I’ve had two weeks how to digest the victory of my New York Giants over the New England Patriots in Superbowl XLVI. It was a wonderful game with exhaustive post-game analysis of the minutia of every aspect of the game, all of which I have relished. But as a entrepreneur and as a salesman, my thoughts keep coming back to New York’s decidedly uncharismatic coach, Tom Coughlin.
Tom Coughlin can be fairly described as dull, plodding, and untellegenic–an unassuming, private man in an immodest, exhibitionist era. He was hired as a strict martinet to bring back fundamental discipline to the Giants in 2004. He has been successful, but he is never mentioned in the same breath with such “brilliant” coaches as Bill Belichek, Bill Parcells, or Don Shula. Yet it strikes me that he has a lesson to impart not only to other coaches, but also to executive salesmen like me. It strikes me that, in his unspectacular way, Tom Coughlin may be a rather brilliant long-term thinker and expectations manager.
Coach Coughlin never over-hyped his hopes for his team this year. But he expressed faith in his team’s ability and potential, even when depleted by injury and bad luck. He did this consistently and without overstatement or bellicosity–never getting too high or too low, but always keeping in mind where he wanted his team to end the season. He never pandered to short-term crisis or panicked at setbacks, but always kept his thinking and communication in terms of the long-term and the main chance.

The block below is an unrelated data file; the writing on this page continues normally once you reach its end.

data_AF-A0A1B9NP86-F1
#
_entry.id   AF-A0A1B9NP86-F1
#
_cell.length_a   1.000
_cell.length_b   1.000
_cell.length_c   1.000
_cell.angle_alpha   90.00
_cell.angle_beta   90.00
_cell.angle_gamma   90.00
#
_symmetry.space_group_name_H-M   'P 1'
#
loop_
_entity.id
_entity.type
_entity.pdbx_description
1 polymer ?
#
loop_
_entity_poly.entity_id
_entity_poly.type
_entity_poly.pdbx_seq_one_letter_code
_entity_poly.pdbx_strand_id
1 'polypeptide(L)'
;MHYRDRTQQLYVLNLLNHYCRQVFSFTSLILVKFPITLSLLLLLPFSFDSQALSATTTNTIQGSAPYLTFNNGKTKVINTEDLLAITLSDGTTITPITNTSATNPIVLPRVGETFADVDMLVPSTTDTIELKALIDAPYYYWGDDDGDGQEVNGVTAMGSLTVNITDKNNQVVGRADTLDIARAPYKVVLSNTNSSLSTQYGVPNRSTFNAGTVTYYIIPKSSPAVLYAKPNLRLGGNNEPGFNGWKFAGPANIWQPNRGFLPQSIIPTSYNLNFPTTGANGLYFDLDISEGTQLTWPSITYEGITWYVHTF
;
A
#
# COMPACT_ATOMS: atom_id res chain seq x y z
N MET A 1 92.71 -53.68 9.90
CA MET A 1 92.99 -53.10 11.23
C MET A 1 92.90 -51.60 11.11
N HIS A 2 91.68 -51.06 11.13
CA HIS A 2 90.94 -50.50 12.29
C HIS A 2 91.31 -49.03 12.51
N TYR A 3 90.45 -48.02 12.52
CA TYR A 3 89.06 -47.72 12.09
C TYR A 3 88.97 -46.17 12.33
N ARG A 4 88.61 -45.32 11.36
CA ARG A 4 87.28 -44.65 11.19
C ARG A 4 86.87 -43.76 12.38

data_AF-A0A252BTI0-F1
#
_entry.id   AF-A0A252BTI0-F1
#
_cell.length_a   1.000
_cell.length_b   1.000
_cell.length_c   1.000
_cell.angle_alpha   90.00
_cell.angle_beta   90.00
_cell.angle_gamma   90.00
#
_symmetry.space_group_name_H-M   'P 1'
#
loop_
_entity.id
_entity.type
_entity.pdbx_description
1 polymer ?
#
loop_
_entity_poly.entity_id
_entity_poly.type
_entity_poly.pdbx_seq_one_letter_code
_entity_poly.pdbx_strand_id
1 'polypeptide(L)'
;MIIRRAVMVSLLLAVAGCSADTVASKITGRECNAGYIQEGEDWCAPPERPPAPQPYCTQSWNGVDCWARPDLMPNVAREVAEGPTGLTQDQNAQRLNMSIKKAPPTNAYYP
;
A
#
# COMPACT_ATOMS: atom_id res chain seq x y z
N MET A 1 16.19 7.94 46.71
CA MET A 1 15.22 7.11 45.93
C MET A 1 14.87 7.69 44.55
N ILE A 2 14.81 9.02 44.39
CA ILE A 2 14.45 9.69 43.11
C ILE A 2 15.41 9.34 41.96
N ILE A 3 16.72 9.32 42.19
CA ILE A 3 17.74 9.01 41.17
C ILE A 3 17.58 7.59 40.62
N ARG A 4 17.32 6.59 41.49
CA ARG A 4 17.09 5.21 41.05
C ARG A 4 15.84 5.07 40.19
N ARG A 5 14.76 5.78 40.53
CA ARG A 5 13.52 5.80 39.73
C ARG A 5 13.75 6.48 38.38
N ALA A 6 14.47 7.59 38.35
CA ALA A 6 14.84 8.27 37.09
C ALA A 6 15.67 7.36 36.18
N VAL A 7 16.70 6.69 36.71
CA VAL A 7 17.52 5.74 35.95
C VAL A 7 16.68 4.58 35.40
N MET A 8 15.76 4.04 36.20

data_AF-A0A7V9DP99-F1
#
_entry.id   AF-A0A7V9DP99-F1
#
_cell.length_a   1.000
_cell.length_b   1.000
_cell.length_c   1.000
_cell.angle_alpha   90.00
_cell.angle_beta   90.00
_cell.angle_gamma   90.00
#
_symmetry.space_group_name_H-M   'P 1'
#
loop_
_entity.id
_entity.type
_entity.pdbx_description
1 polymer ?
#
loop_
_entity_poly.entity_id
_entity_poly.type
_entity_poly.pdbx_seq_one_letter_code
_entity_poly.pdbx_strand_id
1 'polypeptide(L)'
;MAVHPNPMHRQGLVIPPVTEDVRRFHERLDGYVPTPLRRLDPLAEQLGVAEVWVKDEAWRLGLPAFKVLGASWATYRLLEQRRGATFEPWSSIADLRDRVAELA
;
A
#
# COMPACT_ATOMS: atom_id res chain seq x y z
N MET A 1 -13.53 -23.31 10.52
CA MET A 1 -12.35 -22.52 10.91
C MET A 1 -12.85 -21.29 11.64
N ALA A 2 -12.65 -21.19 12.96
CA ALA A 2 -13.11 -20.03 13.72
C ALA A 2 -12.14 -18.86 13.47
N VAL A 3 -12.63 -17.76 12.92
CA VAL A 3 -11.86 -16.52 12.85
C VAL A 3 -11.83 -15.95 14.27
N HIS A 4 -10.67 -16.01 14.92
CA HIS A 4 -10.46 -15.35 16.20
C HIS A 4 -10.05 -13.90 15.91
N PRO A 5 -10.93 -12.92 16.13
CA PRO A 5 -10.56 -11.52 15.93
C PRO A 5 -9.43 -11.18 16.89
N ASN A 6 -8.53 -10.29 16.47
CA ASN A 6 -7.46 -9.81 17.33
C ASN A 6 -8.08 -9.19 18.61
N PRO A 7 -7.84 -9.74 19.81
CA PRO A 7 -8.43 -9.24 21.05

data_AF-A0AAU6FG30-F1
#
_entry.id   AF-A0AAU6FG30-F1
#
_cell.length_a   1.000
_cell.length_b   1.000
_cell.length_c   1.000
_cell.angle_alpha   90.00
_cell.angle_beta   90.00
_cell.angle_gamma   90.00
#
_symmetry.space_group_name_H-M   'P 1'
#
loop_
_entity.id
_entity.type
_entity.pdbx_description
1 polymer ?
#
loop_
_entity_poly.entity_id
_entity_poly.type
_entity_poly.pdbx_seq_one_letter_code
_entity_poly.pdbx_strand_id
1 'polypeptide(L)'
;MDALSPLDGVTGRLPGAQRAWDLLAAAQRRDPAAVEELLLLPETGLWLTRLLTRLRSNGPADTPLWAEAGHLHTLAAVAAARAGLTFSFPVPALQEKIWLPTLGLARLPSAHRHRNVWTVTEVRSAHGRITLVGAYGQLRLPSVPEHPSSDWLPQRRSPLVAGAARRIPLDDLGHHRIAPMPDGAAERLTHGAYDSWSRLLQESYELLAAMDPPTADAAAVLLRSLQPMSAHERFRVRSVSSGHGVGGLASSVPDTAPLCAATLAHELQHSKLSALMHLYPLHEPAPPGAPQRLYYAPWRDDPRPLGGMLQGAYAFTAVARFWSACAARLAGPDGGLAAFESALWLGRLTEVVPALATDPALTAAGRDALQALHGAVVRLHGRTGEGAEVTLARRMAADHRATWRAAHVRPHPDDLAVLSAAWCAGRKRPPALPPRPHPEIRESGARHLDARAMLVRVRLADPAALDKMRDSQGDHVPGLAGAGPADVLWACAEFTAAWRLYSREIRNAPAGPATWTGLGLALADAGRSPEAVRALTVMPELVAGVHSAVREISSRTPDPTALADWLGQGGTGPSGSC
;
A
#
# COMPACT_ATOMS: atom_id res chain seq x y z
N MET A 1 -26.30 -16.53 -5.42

I am the primary rainmaker for my executive outsourced sales company, Corporate Rain International, as I know many readers of the blog are for their own firms. Coughlin’s example is a reminder to always under-promise and over-deliver in the context of a long-term and consistent coaching (sales) plan.
One thing I think I did right, among many I did wrong, when I started my company in 1996, was to think of how each of my actions and statements would effect reputationally where I wanted my company to be in five years. That was about as far ahead as I could imagine as a parvenu entrepreneur.
Good salesmanship avoids breathless hyperbole and presents a simple, but articulate valuation of what is deliverable. My experience is that understated salesmanship pays off in long-term trust and reputation.
So thanks, Tom Coughlin, for a reminder of the value of expectations management, the entrepreneurial salesman’s friend.
As William Shakespeare puts it in All’s Well That Ends Well (Act 2, Scene 1),
“Oft expectation fails and most oft there
where most it promises, and oft it hits
where hope is coldest and despair most fits”